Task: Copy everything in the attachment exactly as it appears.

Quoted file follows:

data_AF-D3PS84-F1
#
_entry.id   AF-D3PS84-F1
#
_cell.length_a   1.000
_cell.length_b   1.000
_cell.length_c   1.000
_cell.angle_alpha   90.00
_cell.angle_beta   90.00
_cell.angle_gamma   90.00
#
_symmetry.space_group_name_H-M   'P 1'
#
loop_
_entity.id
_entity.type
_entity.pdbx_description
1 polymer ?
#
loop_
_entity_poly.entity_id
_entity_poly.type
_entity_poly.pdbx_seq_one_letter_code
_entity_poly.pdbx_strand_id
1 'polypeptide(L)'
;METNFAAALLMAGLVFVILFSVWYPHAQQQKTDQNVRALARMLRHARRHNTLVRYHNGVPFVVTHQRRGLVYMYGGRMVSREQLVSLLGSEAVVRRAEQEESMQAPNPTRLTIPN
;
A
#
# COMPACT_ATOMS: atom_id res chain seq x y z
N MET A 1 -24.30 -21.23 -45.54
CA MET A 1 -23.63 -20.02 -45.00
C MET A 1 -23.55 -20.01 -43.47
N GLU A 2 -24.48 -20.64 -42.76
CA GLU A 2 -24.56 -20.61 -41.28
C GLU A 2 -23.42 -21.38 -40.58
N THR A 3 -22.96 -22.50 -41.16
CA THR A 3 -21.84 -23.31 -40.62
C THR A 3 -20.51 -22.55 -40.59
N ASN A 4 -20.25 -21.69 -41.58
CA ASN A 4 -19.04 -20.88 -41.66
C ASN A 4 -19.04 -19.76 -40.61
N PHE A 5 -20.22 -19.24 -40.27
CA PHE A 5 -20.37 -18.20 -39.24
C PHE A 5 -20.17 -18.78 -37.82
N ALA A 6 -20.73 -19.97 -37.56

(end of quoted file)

data_AF-D3PS84-F1
#
_entry.id   AF-D3PS84-F1
#
_cell.length_a   1.000
_cell.length_b   1.000
_cell.length_c   1.000
_cell.angle_alpha   90.00
_cell.angle_beta   90.00
_cell.angle_gamma   90.00
#
_symmetry.space_group_name_H-M   'P 1'
#
loop_
_entity.id
_entity.type
_entity.pdbx_description
1 polymer ?
#
loop_
_entity_poly.entity_id
_entity_poly.type
_entity_poly.pdbx_seq_one_letter_code
_entity_poly.pdbx_strand_id
1 'polypeptide(L)'
;METNFAAALLMAGLVFVILFSVWYPHAQQQKTDQNVRALARMLRHARRHNTLVRYHNGVPFVVTHQRRGLVYMYGGRMVSREQLVSLLGSEAVVRRAEQEESMQAPNPTRLTIPN
;
A
#
# COMPACT_ATOMS: atom_id res chain seq x y z
N MET A 1 -24.30 -21.23 -45.54
CA MET A 1 -23.63 -20.02 -45.00
C MET A 1 -23.55 -20.01 -43.47
N GLU A 2 -24.48 -20.64 -42.76
CA GLU A 2 -24.56 -20.61 -41.28
C GLU A 2 -23.42 -21.38 -40.58
N THR A 3 -22.96 -22.50 -41.16
CA THR A 3 -21.84 -23.31 -40.62
C THR A 3 -20.51 -22.55 -40.59
N ASN A 4 -20.25 -21.69 -41.58
CA ASN A 4 -19.04 -20.88 -41.66
C ASN A 4 -19.04 -19.76 -40.61
N PHE A 5 -20.22 -19.24 -40.27
CA PHE A 5 -20.37 -18.20 -39.24
C PHE A 5 -20.17 -18.78 -37.82
N ALA A 6 -20.73 -19.97 -37.56